Perhaps as a result, the various incompletely successful but nonetheless inspiring liberation movements of the last century were most important to me, in the larger compass.

Todd Mason said...

Or, for that matter, the McCarthy hearings...

Joe Barone said...

I could choose any one of those you listed, but I immediately thought of something else, a small thing. The Willie Horton presidential ad. Politics has always been nasty, but I think that ad brought nasty politics into the media age in way we are still living with today.

Admittedly, everything on your list is probably more important.

Charles Gramlich said...

Really good question. I think most of my things would be far more personal. First relationship. That sort of thing. As for a big public event, I'd have to pick the first moon landing.

Ron Scheer said...

I am of German descent, and to be honest, the war against Nazi Germany has probably had the biggest impact on me, though I hardly remember it. It was the end of innocence about the true nature of evil in the world. As a result, unlike other Americans who celebrate their origins with hyphenated labels, Irish-American, Mexican-American, African-American, I have always been unhyphenated - an "American." For better or worse, my roots are here.

pattinase (abbott) said...

I am 3/4 German descent too.
Funny, my husband said meeting me was the biggest game changing event in his life. I never even thought of it. Good for you for valuing the personal over the political because in the long run...
That ad was horrible, Joe, but back in 1964 I got to see the ad Barry Goldwater was going to run in the election against Johnson. (I was briefly a Goldwater girl in high school) That made everything that's come since fade.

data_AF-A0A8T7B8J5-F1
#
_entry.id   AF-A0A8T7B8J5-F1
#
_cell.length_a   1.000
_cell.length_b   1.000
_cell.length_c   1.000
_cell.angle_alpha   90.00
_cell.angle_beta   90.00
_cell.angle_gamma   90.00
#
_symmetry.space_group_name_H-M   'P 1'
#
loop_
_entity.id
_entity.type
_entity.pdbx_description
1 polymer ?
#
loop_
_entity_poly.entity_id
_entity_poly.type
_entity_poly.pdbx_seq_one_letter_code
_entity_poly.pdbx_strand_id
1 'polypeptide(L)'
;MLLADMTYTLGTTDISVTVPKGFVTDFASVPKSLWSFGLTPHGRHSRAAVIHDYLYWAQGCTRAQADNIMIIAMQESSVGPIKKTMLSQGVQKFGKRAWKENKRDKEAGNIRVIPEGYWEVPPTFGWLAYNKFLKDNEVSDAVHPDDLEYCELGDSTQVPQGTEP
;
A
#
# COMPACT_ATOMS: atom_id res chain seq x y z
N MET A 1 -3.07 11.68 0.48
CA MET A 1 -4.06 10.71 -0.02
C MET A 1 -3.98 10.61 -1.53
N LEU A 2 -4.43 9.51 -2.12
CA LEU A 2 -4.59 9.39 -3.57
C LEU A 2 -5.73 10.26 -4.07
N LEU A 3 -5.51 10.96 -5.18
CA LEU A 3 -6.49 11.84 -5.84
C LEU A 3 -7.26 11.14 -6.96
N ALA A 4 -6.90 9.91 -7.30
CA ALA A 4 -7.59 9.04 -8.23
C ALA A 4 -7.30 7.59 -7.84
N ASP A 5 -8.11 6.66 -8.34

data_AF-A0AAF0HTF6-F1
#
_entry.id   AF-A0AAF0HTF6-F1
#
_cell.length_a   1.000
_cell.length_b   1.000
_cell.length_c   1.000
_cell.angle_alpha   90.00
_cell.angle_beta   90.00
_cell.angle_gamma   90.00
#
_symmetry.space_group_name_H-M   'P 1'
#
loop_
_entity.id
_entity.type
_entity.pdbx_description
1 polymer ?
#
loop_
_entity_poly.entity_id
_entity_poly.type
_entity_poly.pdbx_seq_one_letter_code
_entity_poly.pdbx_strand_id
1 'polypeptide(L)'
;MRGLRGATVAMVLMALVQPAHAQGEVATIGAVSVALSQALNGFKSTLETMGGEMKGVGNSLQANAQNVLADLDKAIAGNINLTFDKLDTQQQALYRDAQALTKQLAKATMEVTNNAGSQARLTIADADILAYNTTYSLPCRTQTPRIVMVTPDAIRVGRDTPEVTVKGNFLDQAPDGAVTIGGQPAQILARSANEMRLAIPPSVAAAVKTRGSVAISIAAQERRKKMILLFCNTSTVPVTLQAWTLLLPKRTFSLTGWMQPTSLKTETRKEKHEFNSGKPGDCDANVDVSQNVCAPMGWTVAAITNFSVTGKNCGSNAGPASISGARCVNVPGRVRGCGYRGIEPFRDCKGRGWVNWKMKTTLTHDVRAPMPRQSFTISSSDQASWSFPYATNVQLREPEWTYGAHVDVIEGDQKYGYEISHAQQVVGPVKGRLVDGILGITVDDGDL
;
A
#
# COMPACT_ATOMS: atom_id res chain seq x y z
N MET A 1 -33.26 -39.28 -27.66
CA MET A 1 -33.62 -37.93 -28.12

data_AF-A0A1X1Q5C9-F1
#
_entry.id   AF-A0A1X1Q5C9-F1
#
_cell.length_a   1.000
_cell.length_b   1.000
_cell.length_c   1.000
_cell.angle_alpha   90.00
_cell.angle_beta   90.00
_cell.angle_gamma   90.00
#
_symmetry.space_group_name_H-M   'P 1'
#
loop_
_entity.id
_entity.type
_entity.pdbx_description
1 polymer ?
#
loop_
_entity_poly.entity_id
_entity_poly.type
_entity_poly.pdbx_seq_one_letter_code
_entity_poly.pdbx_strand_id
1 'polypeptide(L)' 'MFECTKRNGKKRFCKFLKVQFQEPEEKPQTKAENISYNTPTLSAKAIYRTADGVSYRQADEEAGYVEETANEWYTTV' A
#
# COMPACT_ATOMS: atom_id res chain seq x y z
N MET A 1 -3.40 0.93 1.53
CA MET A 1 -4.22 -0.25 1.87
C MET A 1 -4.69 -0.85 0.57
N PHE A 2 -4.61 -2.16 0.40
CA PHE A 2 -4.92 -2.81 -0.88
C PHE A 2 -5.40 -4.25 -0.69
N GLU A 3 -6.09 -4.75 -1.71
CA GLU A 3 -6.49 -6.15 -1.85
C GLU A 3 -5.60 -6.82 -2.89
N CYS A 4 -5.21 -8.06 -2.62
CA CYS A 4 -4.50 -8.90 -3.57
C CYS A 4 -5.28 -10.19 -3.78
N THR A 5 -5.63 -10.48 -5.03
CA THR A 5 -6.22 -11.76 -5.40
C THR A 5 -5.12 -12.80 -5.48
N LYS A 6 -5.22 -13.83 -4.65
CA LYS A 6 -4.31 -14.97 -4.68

John McFetridge said...

Sometimes I think the next big change won't have an "event" to mark it. This century will likely end up being about how China came to dominate everything.

Have a look at this from the Washington Post about China and the movie business.

Apparently China wants to buy a Hollywood studio. I was a little surprised when I took my kids to see The Karate Kid remake that it was pretty much an ad for China.

I guess this is why none of us have mentioned Tianamen Square as a big event.

Todd Mason said...

Actually, Patti, the "daisy" ad was a Johnson ad against Goldwater. Goldwater's campaign wasn't competent enough to do much of anything (though Texas Republicans came up with an ad tying in Johnson with Billy Sol Estes that was as lurid as anything involving Willie Horton).

China won't get to control everything, anymore than "we've" been able to, John. Hell, even the film industry is booming not only in India but Nigeria...and if we don't see much of the Indian product, we see even less of the Nigerian...

Todd Mason said...

But what made you a Goldwater Youth? Were you a YAFfy?

Todd Mason said...

Or, sorry, Patti, do you refer to another ad altogether?

Evan Lewis said...

Don't know if Watergate had any lasting effect on me, but I sure enjoyed watching it play out. It still ranks as the greatest reality TV entertainment of all time, beating out even the Tanya Harding scandal.

Todd Mason said...

Gore Vidal used to refer to needing his Watergate fix, Evan...the 1964 Texas GOP ad I remember seeing in a televised discussion of notable campaign ads was Mostly about Estes, but also made a few semi-indirect references to racial matters and other reasons why Johnson was Satan.

"In your heart, you know he's right"...the tag for the Goldwater ads that did run...inspiring immediately the joke, "Yes, but he's Too Far Right."

George said...

It's a toss-up between the war in Vietnam and the Lunar Landing. Darkness vs. Light.

Dana King said...

I'd have to say Vietnam. World War II was a bigger deal, but I wasn't around then. I remember Vietnam War coverage, and I've since learned enough history to know how significant the changes would become to me, though i was unaware of them at the time.

Charlieopera said...

Reading The Friends of Eddie Coyle in college.

Seeing one of my kids waiting for me outside a hospital with his mother. His head was bandaged after a fall (we were divorced and not being there for the kids hit me very hard that day)

A couple of nights in lockup (this ain’t so bad … a dumbass attitude that could’ve turned out a lot worse).

Meeting my wife. Changed everything for the better.

pattinase (abbott) said...